CHICAGO — In a rare move, Cook County State’s Attorney Kim Foxx has filed motions to clear eight more homicide convictions tied to a notorious former Chicago police detective.
Observers say the clearing of so many murder cases in a single day is unprecedented in Chicago, if not nationally. Foxx has been reviewing convictions where misconduct by Reynaldo Guevara was alleged. The motions to dismiss the eight cases was a result of that probe.
“He’s a stain on our criminal justice system,” Foxx says.
Foxx granted WGN Investigates an exclusive interview, in advance of today’s announcement.
“What we’re doing today is ensuring the cases we have before us, that we’ve spent the last three years reviewing, are resolved,” she says.
As a detective based out of the Chicago Police Department’s Area 5 Headquarters, Guevara earned a reputation in the 1980s and 1990s for solving cases no other officer could.
But that investigative work has repeatedly been called into question. In court filings, Guevara has been accused of coercing confessions and manipulating witnesses and evidence.
More than two dozen of his murder cases have now been overturned.
That doesn’t include the eight cases to be cleared today, or another three Foxx said could follow in the coming weeks.
“We didn’t make the decision to do this lightly at all,” Foxx says. “I certainly recognize the frustration people had with the length of time it was taking us to review these cases. But justice requires us to be as meticulous and as thorough and as thoughtful as we can be.”
Guevara has not been charged with a crime. He has refused to testify in numerous legal cases, repeatedly invoking his 5th Amendment right.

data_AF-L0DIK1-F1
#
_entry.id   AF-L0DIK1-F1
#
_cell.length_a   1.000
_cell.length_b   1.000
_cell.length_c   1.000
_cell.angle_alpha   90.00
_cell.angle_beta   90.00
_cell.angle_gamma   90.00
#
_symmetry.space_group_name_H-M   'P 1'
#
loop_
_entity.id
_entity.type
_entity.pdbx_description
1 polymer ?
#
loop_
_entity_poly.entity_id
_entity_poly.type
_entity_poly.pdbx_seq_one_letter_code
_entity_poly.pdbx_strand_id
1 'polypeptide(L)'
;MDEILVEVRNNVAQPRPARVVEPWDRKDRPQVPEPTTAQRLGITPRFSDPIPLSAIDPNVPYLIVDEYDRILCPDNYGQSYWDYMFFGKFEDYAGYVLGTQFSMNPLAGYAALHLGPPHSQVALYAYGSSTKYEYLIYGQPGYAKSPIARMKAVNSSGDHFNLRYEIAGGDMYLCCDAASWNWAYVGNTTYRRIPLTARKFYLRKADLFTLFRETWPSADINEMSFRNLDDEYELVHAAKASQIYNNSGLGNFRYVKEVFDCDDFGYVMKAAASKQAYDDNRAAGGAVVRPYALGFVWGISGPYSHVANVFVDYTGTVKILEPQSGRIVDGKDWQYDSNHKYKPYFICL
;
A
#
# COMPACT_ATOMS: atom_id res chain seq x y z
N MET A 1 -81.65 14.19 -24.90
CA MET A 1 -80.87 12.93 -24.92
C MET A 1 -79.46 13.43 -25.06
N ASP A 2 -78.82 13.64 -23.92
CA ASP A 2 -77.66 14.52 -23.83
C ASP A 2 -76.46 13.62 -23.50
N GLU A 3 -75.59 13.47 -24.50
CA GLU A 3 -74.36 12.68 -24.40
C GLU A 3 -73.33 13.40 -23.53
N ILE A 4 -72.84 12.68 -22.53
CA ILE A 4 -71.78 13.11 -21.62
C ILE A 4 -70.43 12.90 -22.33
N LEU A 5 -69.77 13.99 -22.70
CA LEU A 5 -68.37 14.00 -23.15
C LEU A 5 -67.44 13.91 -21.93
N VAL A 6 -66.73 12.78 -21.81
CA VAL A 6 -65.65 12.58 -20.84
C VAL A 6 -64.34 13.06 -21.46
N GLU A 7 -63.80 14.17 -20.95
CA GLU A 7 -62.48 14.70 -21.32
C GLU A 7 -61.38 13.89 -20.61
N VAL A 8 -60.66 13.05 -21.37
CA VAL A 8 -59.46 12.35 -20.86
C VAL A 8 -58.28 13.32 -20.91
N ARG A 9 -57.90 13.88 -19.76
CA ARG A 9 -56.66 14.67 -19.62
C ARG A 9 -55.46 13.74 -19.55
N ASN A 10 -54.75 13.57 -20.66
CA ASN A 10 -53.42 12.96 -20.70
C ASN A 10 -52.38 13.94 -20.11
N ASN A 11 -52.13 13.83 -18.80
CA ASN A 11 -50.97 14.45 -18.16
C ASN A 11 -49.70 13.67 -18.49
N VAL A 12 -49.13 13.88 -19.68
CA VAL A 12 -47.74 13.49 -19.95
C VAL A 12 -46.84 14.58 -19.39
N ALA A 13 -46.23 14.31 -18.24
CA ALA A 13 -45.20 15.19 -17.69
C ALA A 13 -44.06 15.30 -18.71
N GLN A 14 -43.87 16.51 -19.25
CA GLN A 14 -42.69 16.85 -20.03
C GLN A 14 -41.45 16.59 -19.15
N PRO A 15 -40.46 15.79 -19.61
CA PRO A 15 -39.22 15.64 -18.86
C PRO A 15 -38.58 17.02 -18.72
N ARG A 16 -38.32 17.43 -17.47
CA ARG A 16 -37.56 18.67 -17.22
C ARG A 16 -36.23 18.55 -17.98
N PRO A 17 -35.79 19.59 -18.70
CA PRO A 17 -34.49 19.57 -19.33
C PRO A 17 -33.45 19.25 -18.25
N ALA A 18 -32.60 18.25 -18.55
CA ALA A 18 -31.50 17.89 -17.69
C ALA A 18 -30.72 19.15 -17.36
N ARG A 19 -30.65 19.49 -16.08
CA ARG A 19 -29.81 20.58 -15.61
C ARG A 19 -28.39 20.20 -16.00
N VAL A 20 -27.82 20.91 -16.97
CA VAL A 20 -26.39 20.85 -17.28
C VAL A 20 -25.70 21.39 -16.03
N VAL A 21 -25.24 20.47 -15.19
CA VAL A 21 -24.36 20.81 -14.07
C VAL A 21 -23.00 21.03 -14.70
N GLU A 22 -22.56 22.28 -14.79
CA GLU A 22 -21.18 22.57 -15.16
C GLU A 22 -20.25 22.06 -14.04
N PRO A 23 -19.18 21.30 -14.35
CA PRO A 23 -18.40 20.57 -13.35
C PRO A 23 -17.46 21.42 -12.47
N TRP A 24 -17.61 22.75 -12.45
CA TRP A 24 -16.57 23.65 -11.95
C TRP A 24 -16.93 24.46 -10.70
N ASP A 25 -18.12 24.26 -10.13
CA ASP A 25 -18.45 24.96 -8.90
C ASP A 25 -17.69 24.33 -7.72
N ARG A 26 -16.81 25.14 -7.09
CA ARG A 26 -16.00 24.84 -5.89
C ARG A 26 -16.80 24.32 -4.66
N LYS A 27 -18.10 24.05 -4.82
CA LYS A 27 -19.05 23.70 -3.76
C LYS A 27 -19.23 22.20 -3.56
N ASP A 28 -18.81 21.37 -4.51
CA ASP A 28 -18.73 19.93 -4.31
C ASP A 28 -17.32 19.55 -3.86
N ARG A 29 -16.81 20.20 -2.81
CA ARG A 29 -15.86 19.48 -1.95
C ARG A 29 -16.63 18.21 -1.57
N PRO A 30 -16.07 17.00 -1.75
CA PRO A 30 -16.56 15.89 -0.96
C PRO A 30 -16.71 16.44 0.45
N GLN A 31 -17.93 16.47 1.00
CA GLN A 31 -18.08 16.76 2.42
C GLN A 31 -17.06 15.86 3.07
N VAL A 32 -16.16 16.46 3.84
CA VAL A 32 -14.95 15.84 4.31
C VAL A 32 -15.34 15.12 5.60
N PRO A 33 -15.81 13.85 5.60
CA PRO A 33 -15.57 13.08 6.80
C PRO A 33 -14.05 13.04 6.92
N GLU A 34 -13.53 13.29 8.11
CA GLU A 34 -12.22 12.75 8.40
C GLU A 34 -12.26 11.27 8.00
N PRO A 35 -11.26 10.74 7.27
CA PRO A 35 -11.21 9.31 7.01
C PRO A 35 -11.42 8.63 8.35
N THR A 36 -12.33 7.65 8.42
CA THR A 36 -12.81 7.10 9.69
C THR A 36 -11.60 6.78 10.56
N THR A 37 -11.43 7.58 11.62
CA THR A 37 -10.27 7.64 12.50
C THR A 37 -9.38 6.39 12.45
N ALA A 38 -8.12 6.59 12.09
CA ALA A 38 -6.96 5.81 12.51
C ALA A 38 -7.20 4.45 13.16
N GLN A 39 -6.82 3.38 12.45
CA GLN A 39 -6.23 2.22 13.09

Foxx says her office recently offered him immunity if he came to court and testified in a murder case that was under review. But he “chose to remain silent,” she says.
Guevara retired in 2005. WGN investigates found him earlier this year, living out of state and collecting two taxpayer funded pensions from the city.
He has repeatedly refused requests for an interview.
Three of the eight men to be cleared of murder charges were in prison, and are to be released if, as expected, the judges approve Foxx’s motions.
“It’s sad and exhilarating at the same time,” says attorney Josh Tepfer, who represents three of the eight men. “It’s an enormous step that shows how corrupt the city and Reynaldo Guevara really are.”
Foxx says she expects more convictions could come up for review.
Her office will evaluate each one “on a case-by-case basis to determine whether or not it’s in the interest of justice served,” she says.
The overturned convictions are just part of the story. Numerous people have sued the city and Guevara after their convictions were overturned. WGN Investigates has found the city has paid more than $75 million to settle, investigate and defend legal claims involving Guevara.
It’s expected those payouts to climb, at the taxpayer’s expense, as more cases wind through the court.